Colombo, June 3: The Sri Lankan Defense Secretary Maj.Gen.(rtd) Kamal Gunaratne has identified pro-LTTE activism abroad and the recent anti-government agitation in Sri Lanka as potential threats to the country’s security, according to a report in www.adaderana.lk
Speaking as the chief guest at a seminar on ‘Sri Lanka’s Defense Policy; Past, Present and Future’ at the Gen.Sir John Kotelawala Defense University on Thursday, Gen.Gunaratne said that “separatism as a demand of the LTTE along with the availability of pro-LTTE elements abroad and its covert supportive local elements, pose a considerable threat”.
“In the wake of their actions against the Government of Sri Lanka, they tend to receive significant assistance from external governments and non-state actors constantly, as it had been well clear with the recent developments of Human Rights allegations.”
The Defense Secretary further said: “Recent developments that took place in the country against the regime and the incidents that took place in relation to those, display a greater threat to the rule of law.”
For a country to define its National Security goals, a robust Defense Policy addressing both effectiveness and accountability is essential for the acceptability of the security apparatus in the country and the protection of its people and interests, the Gen. Gunaratne said.
“Since the national security environment is vulnerable, uncertain, complex and ambiguous in nature, a constant and continuous assessment and analysis of the geopolitical environment and the key factors which characterize the security environment are essential in order to evaluate potential threats that could emanate, in varying forms and magnitudes,” he pointed out.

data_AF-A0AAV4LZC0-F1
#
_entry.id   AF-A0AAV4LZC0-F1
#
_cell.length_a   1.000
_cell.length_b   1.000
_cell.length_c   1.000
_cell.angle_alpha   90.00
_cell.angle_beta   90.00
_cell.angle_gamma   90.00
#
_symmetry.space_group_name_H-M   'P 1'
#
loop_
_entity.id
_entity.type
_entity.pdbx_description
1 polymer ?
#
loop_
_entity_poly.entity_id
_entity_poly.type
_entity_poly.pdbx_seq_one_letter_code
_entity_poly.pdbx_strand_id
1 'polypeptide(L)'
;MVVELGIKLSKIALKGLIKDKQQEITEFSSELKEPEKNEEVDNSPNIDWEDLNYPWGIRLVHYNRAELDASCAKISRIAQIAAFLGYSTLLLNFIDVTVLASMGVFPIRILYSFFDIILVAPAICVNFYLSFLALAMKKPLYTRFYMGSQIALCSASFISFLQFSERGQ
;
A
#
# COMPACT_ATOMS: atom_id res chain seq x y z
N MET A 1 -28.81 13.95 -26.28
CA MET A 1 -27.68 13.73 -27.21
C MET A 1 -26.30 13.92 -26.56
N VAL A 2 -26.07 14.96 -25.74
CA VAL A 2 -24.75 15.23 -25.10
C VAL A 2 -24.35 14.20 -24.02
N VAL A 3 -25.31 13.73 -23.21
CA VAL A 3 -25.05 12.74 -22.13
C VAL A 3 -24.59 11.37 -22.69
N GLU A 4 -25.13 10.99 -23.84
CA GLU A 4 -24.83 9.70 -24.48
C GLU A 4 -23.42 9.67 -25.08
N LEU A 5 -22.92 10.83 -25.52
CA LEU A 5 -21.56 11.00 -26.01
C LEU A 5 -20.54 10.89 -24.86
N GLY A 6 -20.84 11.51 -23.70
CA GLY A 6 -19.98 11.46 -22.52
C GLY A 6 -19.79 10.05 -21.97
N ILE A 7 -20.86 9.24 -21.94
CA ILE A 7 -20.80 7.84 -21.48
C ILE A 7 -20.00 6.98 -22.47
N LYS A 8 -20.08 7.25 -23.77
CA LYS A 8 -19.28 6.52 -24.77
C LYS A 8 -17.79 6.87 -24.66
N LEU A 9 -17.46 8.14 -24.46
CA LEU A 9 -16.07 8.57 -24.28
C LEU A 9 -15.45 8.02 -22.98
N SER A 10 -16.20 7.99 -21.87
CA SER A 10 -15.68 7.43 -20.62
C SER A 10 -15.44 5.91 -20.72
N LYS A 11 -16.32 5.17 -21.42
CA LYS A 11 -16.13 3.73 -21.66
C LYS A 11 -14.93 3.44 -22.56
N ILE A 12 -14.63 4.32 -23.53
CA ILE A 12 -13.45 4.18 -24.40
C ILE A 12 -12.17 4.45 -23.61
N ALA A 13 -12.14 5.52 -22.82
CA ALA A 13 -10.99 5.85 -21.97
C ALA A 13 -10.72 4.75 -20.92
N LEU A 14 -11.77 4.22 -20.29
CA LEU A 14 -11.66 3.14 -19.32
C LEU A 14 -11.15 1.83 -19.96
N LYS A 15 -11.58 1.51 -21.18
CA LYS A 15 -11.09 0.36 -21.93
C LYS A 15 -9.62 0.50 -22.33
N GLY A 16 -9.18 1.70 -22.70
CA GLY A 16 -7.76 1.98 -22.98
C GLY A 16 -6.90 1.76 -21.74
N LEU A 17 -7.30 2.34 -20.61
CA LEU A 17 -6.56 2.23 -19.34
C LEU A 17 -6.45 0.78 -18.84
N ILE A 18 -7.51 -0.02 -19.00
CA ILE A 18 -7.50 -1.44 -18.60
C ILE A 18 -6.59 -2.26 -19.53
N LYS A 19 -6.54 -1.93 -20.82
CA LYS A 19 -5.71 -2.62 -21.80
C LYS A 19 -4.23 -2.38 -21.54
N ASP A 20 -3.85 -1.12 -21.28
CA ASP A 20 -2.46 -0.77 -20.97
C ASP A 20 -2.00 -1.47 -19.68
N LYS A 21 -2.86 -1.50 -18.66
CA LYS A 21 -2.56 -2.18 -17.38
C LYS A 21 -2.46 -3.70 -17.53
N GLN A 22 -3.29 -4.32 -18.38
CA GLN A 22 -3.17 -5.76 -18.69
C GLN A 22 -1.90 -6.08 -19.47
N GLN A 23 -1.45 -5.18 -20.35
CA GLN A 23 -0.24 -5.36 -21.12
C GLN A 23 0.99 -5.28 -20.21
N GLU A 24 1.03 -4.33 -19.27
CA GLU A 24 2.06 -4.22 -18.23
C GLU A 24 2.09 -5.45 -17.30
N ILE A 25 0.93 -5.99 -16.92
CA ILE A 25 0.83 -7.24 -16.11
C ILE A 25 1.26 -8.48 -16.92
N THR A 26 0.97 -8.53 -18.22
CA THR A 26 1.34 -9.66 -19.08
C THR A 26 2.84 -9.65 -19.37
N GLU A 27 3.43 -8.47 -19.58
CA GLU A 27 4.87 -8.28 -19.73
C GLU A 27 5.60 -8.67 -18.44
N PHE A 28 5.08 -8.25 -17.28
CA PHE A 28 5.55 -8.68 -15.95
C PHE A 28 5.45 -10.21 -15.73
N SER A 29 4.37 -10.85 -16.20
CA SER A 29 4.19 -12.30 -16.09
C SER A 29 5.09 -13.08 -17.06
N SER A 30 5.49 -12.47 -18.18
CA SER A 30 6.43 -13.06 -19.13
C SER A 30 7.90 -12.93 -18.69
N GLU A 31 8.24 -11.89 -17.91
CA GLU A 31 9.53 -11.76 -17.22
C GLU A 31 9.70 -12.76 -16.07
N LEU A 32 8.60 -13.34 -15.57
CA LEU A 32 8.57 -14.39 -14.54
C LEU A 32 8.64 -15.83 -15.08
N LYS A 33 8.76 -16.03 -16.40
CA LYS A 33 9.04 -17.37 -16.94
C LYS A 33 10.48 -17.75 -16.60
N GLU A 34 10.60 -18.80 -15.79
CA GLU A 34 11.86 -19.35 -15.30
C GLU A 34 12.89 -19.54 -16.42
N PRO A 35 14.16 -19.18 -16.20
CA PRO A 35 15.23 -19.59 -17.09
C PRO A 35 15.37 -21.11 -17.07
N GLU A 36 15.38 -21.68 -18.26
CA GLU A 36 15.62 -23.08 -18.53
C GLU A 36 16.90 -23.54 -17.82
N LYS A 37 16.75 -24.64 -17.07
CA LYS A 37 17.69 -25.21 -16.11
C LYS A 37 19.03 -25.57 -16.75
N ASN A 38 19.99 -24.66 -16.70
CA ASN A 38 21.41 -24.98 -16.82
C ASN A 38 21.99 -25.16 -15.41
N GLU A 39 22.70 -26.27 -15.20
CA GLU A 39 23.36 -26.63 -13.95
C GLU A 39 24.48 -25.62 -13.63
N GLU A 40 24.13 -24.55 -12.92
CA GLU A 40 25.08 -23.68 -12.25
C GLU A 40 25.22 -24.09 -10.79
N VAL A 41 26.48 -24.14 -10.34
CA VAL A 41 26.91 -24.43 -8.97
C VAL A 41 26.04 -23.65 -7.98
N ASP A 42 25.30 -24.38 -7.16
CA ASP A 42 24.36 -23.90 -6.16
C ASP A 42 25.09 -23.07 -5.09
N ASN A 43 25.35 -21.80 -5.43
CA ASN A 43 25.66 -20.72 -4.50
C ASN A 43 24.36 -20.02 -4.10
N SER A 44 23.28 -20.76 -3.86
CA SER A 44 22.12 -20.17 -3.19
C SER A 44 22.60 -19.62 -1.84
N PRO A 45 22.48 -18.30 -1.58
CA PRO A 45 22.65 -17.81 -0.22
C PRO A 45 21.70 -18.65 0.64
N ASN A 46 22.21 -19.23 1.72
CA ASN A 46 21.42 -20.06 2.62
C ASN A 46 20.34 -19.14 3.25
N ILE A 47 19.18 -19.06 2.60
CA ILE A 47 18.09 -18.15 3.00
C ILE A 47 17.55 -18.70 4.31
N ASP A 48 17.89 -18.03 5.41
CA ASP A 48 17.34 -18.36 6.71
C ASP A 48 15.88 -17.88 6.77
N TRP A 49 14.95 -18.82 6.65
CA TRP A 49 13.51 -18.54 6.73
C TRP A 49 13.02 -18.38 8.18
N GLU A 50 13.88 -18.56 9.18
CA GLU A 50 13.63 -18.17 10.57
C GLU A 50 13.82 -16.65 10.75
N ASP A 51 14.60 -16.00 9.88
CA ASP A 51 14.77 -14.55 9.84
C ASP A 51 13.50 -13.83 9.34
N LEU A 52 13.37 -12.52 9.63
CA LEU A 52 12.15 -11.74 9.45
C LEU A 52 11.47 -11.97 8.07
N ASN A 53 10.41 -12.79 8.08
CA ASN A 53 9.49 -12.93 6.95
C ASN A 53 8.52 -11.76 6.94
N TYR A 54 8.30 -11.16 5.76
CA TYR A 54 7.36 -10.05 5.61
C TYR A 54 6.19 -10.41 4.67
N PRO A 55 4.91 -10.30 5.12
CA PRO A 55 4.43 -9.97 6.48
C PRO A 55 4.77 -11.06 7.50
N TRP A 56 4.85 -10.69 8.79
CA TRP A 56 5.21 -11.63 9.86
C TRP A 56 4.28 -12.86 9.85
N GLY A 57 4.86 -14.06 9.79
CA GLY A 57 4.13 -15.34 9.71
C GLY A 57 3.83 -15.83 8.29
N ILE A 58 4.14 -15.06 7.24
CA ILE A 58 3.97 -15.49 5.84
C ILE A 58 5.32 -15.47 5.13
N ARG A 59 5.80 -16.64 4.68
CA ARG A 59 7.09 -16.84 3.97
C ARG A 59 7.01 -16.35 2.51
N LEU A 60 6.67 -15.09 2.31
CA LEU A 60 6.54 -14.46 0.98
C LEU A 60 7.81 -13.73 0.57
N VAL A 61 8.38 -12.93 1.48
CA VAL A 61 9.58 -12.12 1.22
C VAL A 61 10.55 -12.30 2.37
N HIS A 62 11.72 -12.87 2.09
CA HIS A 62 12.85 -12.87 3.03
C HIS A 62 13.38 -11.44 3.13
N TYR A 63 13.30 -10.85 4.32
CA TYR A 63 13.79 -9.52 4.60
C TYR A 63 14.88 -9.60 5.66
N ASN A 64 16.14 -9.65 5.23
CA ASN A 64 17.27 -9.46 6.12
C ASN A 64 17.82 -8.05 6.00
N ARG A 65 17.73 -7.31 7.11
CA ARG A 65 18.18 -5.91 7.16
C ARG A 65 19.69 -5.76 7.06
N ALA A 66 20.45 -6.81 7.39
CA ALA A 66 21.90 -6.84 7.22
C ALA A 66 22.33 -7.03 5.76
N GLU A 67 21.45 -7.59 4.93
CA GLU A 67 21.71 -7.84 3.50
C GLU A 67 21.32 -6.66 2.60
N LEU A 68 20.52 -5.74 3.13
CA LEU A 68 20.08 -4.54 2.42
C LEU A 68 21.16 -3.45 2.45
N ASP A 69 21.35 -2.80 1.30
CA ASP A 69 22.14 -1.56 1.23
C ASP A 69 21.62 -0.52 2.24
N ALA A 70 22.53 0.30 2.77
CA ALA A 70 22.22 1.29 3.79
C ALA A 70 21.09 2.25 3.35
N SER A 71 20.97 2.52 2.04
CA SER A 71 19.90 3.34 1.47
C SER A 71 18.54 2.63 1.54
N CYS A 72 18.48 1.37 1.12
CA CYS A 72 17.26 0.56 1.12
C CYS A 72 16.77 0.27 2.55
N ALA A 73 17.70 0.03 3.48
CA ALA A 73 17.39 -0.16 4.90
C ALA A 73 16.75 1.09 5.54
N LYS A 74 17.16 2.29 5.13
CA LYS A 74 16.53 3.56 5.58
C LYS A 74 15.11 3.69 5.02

Organized crimes such as underworld activities, drug related crimes and money laundering “If unchecked have the potential of rupturing social cohesion and destabilizing the social and economic fabric.”
Reecalling changes in threat perception of the last two decades in Sri Lanka, the Defense Secretary voiced concern about internal security issues, terrorism, COVID-19 pandemic and the latest uprising against the regime.
“Such unprecedented challenges have compelled us to pursue the establishment of a strong foundation for a ‘National Defense Policy’, while emphasizing the responsibility of initiating counteractions against detrimental consequences well in advance in order to prevent catastrophes emanating against the country’s National Security apparatus.”
“In order to establish a robust Defense Policy framework by building interoperability in the defense and security sector, certain principles should be observed in its development process,” he said, and added: “A holistic approach to security concerns, actors, and means is the best way to cover the largest array of security and defense issues.”